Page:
One is 22, brimming with vigor and riding a hot streak in the dawn of his career, the other is 36, injected with a painkiller just to make it on the field and refusing to succumb to discomfort during his first and perhaps last chance to earn that elusive ring.
Michael Wacha and Carlos Beltran, both trying to make the most of their first World Series, helped lift the St. Louis Cardinals to a 4-2 victory over the Boston Red Sox on Thursday night that evened the matchup at a game apiece.
"It's the World Series, big-time game," Wacha said.
Wacha bested John Lackey in a matchup of present and past rookie sensations, Beltran provided a big hit and this time it was the Red Sox who were tripped up by fielding failures.
"Somebody would have to kill me in order for me to get out of the lineup," said Beltran, undeterred by bruised ribs that landed him in the hospital a night earlier.
Matt Holliday tripled and scored on Yadier Molina's fourth-inning grounder, but David Ortiz put Boston ahead 2-1 in the sixth when he pounced on an 85 mph changeup for a two-run homer just over the Green Monster in left field.
That ended Wacha's scoreless streak at 18 2-3 innings — a rookie record for a single postseason — but it was all he gave up. Selected by St. Louis last year with the first-round draft pick received as compensation when Albert Pujols signed with the Los Angeles Angels, Wacha has been so good lately that a St. Louis restaurant he walked into had named a milkshake after him, the "Wacha Wacha."
Wacha, the NL championship series MVP after beating Dodgers ace Clayton Kershaw twice, threw a career-high 114 pitches and allowed two runs, three hits and four walks in six innings with six strikeouts. He improved to 4-0 with a 1.00 ERA in four outings this postseason, matching the amount of regular-season wins he has in his brief career.
"They don't swing at bad pitches, really," Wacha said. "They did a good job tonight grinding out at-bats with me and got the pitch count up."
But then Lackey, who in 2002 with the Angels became the first rookie in 93 years to win a World Series seventh game, faltered in a three-run seventh. St. Louis went ahead when Matt Carpenter hit a sacrifice fly that led to a pair of runs, with the second scoring on errors by catcher Jarrod Saltalamacchia and reliever Craig Breslow — both making their Series debuts.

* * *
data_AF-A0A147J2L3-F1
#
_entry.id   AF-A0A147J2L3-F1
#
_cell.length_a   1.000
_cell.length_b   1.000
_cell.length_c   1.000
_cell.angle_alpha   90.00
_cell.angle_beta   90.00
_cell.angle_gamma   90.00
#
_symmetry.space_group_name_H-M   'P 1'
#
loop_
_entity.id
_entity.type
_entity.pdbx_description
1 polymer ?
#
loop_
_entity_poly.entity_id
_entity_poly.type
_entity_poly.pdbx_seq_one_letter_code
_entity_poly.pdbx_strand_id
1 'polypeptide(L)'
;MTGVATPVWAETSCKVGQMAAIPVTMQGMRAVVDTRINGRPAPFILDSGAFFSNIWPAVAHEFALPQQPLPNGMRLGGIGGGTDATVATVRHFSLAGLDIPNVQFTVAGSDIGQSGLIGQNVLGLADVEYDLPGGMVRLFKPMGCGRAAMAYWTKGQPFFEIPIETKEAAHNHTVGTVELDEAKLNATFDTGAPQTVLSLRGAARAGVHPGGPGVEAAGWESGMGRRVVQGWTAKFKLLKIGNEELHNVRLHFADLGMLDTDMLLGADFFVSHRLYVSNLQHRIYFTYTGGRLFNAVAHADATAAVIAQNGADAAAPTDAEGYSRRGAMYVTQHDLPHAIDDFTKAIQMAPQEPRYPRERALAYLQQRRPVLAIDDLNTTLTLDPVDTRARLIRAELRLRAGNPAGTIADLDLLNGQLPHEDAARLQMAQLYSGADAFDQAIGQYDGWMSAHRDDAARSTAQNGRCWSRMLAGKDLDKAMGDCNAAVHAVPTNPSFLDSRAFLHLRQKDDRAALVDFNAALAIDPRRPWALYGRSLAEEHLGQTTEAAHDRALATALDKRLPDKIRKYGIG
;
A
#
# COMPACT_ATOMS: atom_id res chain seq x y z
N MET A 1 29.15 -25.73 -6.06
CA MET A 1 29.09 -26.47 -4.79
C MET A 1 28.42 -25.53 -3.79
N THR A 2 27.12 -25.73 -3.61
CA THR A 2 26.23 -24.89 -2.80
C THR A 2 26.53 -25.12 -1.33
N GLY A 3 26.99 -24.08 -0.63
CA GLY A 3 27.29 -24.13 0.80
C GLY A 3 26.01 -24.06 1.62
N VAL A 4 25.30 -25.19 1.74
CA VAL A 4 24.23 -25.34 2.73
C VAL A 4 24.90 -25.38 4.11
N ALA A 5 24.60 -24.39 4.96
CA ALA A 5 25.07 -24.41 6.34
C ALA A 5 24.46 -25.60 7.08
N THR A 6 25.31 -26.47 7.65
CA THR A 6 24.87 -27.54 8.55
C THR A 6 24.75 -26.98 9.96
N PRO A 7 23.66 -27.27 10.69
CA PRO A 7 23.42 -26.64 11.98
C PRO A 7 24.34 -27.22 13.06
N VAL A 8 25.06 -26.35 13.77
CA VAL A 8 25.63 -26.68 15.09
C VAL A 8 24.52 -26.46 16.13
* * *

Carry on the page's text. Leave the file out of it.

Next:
Beltran, an eight-time All-Star, followed with an RBI single. He had been sent to a hospital for scans Wednesday night after bruising ribs while banging into the right-field fence to rob Ortiz of a grand slam. Beltran appeared to be wearing protective padding under his jersey.
"When I left the ballpark yesterday, I had very little hope that I was going to be in the lineup with the way I felt," he said. "When I woke up, I woke up feeling a little better. And I came to the ballpark, talked to the trainer. I was able to get treatment and talk to the doctors, and find a way to try anything I could try just to go out there and feel no pain."
He said he took an injection of Toradol to block the pain for five or six hours.
"The good thing is tomorrow I have the day off," he said.
When the Series resumes Saturday night in St. Louis, Jake Peavy starts for the Red Sox and Joe Kelly for the Cardinals. Twenty-nine of the previous 55 teams that won Game 2 to tie the Series went on to take the title.
"Excited to get home. I know everybody is," Cardinals manager Mike Matheny said.
St. Louis' hard-throwing bullpen combined for one-hit relief. Carlos Martinez got six outs, retiring Mike Napoli on an inning-ending popup with two on in the eighth. Trevor Rosenthal struck out the side on 11 pitches in the ninth for a save, whiffing Daniel Nava with a 99 mph fastball to end it.
Seeking its second championship in three seasons, St. Louis improved to 7-0 this postseason when scoring first and stopped Boston's World Series winning streak at nine. That run began with a sweep of the Cardinals in 2004, when St. Louis never led the entire Series.
This year's opener was more of the same, when the Cardinals made three errors and the Red Sox romped 8-1.
Lackey, pitching a day after his 35th birthday, returned this year after missing all of 2012 due to elbow surgery. In his first Series appearance since his Game 7 win 11 years earlier, he couldn't hold the lead Ortiz gave him with his 17th postseason homer, his fifth this year.
"We've got to go out there and play better than we did tonight," Ortiz said. "Nobody can dictate that you're going to win four straight games every time you go out there for the World Series."
NOTES: The Red Sox had not lost in the Series since Game 7 in 1986 against the New York Mets. ... With no DH allowed in the NL ballpark, Boston manager John Farrell said Ortiz will likely play first base in Game 3. Napoli would sit. ... Victims of the Boston Marathon bombings were honored during the seventh-inning stretch as singer James Taylor led the crowd in "America the Beautiful."